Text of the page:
I join Australia’s doctors in calling for the Albanese Government to urgently reinstate Medicare rebates for 70 Telehealth items that were cancelled on July 1.
Minister for Health Mark Butler’s backflip over the weekend on reinstating COVID payments, and announcement of a new temporary Medicare item to cover Telehealth appointments for people needing to access antiviral drugs, while welcome, does not go anywhere near far enough.
Minister Butler seems happy to continue the practice of funding longer video consulations with general practitioners. But he has discontinued rebates for longer telephone consultations with GPs, reportedly cancelling the rebate for telephone consultations on 70 initial and complex specialist items and specialist inpatient items.
These changes will inordinately impact older people, which is a real concern in the many population centres of my electorate of O’Connor that have older-than-average populations.
The regional City of Albany and Shire of Denmark, for instance, are retirement and semi-retirement meccas, with every five-year population cohort above the age of 55 having proportionally more people than for Western Australia and Australia as a whole.
The shires of Beverley, Narrogin, Katanning, Merredin, Plantagenet, Kojonup, Wagin and Wickepin are also among the many communities in my entirely regional electorate to have higher-than-average numbers of people in every age cohort above 55.
People in regional and remote (including Indigenous) communities are far more likely than those in Labor’s metropolitan heartland to have poor mobile phone reception and patchy or non-existent internet access. This means that in such communities many people find landlines to be the most effective, and in some cases the only, way to access Telehealth services.
These lower service levels are a regressive impost on older Australians who are most at risk from the COVID pandemic.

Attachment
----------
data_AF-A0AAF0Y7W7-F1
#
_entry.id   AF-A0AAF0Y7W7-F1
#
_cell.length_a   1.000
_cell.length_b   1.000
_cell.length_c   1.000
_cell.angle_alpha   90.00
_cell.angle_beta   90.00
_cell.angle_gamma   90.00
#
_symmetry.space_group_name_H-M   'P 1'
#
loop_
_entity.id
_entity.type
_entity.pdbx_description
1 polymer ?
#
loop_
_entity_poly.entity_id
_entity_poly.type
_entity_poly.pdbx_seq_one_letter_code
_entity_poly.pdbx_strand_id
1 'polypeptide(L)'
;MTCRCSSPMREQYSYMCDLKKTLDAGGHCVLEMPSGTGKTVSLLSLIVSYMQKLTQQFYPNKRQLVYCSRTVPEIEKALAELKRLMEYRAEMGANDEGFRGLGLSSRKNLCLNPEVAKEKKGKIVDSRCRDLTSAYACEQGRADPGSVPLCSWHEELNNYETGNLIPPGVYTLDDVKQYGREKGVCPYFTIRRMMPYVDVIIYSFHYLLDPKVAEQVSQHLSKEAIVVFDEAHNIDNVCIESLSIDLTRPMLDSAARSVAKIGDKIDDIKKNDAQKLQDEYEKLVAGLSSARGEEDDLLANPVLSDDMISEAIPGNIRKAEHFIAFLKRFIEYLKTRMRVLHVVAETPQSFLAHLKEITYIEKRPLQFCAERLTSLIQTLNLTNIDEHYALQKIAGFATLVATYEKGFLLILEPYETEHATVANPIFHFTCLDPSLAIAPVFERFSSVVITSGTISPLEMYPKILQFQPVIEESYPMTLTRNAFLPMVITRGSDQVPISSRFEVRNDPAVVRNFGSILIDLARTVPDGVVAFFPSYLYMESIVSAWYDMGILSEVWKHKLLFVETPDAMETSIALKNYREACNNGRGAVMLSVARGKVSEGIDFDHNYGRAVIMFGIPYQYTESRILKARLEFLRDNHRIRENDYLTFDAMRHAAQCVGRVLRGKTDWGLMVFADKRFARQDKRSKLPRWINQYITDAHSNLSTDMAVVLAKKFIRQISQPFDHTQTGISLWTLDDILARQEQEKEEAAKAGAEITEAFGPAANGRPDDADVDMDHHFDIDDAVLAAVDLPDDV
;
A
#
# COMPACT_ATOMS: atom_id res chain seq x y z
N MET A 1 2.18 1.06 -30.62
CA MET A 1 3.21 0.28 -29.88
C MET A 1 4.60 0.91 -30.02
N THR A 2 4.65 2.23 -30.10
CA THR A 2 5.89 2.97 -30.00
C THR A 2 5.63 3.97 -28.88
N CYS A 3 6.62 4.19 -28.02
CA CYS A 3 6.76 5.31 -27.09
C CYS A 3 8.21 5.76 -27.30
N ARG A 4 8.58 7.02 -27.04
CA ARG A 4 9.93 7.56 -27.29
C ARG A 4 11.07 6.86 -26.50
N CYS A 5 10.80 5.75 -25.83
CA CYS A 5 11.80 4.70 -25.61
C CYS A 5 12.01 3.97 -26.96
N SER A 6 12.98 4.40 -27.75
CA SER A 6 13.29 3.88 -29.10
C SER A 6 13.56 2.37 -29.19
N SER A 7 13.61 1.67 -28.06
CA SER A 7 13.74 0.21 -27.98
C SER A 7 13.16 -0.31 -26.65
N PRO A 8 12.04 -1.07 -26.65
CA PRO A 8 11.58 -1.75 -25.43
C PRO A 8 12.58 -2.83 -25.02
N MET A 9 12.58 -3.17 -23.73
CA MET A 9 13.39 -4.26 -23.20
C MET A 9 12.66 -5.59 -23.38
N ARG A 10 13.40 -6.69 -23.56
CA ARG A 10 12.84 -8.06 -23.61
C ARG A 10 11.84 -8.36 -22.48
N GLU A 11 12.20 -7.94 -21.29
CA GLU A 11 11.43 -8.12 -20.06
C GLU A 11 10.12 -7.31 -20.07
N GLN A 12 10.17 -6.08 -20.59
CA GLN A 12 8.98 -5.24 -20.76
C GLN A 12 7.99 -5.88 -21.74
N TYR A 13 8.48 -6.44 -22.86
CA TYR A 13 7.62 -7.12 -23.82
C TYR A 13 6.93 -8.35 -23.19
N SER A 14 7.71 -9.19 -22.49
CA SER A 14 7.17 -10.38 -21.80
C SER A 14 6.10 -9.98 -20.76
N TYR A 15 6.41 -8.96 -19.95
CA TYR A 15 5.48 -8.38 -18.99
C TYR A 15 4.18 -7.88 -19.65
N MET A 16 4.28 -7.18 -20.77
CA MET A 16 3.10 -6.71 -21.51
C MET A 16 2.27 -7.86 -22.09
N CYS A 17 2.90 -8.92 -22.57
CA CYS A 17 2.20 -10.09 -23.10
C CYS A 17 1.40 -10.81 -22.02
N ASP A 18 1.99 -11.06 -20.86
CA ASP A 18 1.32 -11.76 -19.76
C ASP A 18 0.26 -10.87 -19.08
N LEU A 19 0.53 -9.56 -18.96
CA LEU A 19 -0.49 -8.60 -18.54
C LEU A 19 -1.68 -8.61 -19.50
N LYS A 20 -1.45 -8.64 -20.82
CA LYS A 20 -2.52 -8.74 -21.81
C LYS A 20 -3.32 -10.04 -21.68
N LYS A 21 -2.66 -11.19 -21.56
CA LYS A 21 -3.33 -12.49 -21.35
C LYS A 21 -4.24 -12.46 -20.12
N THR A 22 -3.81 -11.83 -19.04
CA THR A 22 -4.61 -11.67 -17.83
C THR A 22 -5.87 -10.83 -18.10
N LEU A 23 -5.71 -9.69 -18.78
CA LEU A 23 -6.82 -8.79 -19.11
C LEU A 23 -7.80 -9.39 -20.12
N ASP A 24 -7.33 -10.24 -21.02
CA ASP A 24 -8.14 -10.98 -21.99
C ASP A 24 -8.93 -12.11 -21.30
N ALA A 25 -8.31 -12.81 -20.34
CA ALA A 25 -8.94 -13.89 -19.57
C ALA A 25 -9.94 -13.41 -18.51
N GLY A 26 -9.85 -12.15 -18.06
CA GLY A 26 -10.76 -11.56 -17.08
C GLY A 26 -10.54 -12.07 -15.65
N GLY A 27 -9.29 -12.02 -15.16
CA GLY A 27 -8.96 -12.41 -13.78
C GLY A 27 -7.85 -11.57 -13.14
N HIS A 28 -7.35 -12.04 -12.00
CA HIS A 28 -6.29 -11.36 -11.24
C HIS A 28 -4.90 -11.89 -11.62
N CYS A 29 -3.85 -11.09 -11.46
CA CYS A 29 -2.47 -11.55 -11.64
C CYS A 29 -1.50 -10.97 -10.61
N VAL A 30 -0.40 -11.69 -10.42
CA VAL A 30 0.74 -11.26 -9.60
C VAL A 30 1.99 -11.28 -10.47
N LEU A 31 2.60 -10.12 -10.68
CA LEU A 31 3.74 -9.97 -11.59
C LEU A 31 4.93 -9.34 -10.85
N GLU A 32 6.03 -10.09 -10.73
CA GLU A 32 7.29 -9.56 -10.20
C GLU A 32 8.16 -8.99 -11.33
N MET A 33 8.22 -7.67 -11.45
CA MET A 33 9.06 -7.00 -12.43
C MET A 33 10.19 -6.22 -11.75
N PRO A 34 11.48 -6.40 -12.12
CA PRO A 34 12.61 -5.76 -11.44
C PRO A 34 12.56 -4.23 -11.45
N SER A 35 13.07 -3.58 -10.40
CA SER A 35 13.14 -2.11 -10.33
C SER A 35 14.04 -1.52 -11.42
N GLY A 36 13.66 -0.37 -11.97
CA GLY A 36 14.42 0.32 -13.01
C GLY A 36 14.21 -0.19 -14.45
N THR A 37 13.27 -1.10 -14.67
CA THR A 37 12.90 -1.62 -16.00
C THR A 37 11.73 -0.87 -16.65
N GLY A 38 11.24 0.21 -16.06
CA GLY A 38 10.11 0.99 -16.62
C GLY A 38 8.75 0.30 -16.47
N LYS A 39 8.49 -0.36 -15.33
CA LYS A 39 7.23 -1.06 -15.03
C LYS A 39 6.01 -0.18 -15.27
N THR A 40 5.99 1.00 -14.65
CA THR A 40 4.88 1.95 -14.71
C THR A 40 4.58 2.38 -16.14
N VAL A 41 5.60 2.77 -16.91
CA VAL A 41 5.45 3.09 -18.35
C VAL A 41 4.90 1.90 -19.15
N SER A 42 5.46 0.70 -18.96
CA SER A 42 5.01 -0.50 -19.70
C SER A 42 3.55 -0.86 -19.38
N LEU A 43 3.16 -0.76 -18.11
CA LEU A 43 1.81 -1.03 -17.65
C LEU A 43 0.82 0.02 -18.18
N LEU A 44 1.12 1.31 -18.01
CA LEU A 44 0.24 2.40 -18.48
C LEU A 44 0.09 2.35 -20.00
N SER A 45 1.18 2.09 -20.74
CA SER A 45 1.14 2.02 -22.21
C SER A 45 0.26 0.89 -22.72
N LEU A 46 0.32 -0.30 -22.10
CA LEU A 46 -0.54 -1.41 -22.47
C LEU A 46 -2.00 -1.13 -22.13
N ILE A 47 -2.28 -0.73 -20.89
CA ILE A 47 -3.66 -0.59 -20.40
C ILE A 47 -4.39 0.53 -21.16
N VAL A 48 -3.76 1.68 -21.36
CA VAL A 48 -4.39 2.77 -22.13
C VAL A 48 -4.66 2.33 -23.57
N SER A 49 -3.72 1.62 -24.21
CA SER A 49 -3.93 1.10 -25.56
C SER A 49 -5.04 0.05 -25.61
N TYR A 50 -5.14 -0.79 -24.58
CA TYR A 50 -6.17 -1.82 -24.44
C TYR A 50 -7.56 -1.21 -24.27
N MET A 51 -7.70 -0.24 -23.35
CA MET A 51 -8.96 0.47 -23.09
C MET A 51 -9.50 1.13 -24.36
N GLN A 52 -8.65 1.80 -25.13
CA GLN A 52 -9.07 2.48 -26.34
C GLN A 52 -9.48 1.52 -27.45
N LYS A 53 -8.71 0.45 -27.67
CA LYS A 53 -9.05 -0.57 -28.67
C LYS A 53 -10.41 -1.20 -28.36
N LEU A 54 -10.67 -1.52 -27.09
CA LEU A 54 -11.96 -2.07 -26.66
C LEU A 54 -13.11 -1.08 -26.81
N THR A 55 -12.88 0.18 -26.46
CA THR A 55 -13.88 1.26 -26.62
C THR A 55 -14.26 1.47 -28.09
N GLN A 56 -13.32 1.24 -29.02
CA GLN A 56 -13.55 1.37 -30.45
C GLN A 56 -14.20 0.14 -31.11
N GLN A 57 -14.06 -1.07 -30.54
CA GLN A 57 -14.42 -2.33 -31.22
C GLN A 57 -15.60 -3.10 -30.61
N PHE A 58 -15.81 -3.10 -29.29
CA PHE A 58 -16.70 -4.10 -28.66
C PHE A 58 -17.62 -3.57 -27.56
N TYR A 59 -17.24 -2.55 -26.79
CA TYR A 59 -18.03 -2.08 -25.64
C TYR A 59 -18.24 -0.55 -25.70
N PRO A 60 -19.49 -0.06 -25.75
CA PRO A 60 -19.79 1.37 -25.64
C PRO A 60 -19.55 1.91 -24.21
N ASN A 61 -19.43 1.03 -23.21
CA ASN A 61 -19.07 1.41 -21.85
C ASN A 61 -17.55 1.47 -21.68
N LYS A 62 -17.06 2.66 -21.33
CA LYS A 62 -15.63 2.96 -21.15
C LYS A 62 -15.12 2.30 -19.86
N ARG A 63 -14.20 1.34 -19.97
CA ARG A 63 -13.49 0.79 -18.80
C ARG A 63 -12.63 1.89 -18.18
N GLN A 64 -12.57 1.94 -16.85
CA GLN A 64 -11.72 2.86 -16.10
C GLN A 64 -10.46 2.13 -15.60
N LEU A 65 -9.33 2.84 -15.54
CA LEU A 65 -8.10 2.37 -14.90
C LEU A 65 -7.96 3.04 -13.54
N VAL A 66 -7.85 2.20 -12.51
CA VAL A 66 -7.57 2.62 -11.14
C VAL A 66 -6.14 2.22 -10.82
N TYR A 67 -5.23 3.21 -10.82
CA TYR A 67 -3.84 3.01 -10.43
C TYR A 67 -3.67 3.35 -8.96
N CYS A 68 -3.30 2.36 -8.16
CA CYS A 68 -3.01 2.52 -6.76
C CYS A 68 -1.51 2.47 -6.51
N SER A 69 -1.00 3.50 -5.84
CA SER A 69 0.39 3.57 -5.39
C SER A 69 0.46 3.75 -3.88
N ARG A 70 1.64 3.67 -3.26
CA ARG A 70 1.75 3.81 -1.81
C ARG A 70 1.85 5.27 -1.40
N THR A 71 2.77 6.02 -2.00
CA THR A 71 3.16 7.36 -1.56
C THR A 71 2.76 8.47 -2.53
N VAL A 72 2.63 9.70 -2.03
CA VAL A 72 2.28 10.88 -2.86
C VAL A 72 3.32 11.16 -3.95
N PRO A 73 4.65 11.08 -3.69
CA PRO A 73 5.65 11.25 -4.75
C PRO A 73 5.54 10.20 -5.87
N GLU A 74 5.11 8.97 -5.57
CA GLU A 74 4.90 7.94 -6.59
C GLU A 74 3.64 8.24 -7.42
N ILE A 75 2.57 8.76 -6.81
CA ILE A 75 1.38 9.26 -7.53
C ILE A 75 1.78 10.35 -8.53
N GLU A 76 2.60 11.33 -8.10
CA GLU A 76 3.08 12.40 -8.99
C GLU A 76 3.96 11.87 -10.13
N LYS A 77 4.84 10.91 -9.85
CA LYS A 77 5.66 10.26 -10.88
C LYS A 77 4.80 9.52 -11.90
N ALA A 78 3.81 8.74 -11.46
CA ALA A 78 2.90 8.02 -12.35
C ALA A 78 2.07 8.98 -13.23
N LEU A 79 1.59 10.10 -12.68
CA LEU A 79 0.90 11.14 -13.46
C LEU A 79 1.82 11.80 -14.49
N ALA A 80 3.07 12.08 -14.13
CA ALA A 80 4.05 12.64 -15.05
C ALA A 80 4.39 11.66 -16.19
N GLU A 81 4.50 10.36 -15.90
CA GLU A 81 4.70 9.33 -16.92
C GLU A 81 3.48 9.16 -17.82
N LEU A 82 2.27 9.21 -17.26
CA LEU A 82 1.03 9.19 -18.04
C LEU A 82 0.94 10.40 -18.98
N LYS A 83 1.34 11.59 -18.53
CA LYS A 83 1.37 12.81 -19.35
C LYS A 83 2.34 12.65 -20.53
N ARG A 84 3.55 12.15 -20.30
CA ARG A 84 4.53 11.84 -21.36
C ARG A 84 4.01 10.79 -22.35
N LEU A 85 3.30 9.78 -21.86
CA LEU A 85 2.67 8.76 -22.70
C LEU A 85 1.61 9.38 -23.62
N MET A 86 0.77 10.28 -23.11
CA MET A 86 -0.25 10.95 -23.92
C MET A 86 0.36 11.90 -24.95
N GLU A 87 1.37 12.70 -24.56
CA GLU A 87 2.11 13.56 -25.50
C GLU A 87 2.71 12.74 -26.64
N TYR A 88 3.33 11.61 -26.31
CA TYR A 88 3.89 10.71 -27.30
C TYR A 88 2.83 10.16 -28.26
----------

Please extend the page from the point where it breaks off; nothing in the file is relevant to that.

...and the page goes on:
Compelling people to use a home computer or mobile phone videocall platform rather than a telephone is a one-size-fits-all approach to healthcare that does not reflect reality in diverse regional communities.
Minister Butler, who also holds the Aged Care portfolio, should listen to the nation’s doctors and reinstate the telephone service.
Several concerned constituents have contacted my office, including a cancer patient from Albany who had been receiving a Medicare rebate for phone consultations with his specialist in Perth, but has recently had that rebate cut. He has told me he will now have to travel to Perth to see his specialist for an $80 revisit in order to keep his referral current.
Older Australians and people in regional and remote Australia should not be treated like this.
Since the former Coalition Government introduced Telehealth in March 2020, 100 million new services have been provided to more than 17 million people.
One of the very few positives to arise from the pandemic has been how Telehealth technology has improved the way we access healthcare, particularly in regional and remote Australia.
Yet many Telehealth services have been taken away right at the time when we’re seeing a very dangerous spike in new Omicron variants. This is on the back of the recent revelation that concession card holders will lose access to free rapid antigen tests by the end of July.
Instead of winding Telehealth back, we should look to see where there are real, ongoing benefits, especially in regional and remote areas where it can be difficult to get a face-to-face consultation.
Telehealth should be tailored to the unique needs of individual regions. Winding back rebates in the middle of a pandemic is taking us back to the dark ages.
That’s why I have joined the Australian Medical Association and Royal Australian College of General Practitioners in writing to Minister Butler to challenge him on this issue.
Elderly, geographically isolated and technologically challenged people deserve nothing less than retention of the full suite of tailored Telehealth services.
Media contact: Chris Thomson | 9842 2777 | firstname.lastname@example.org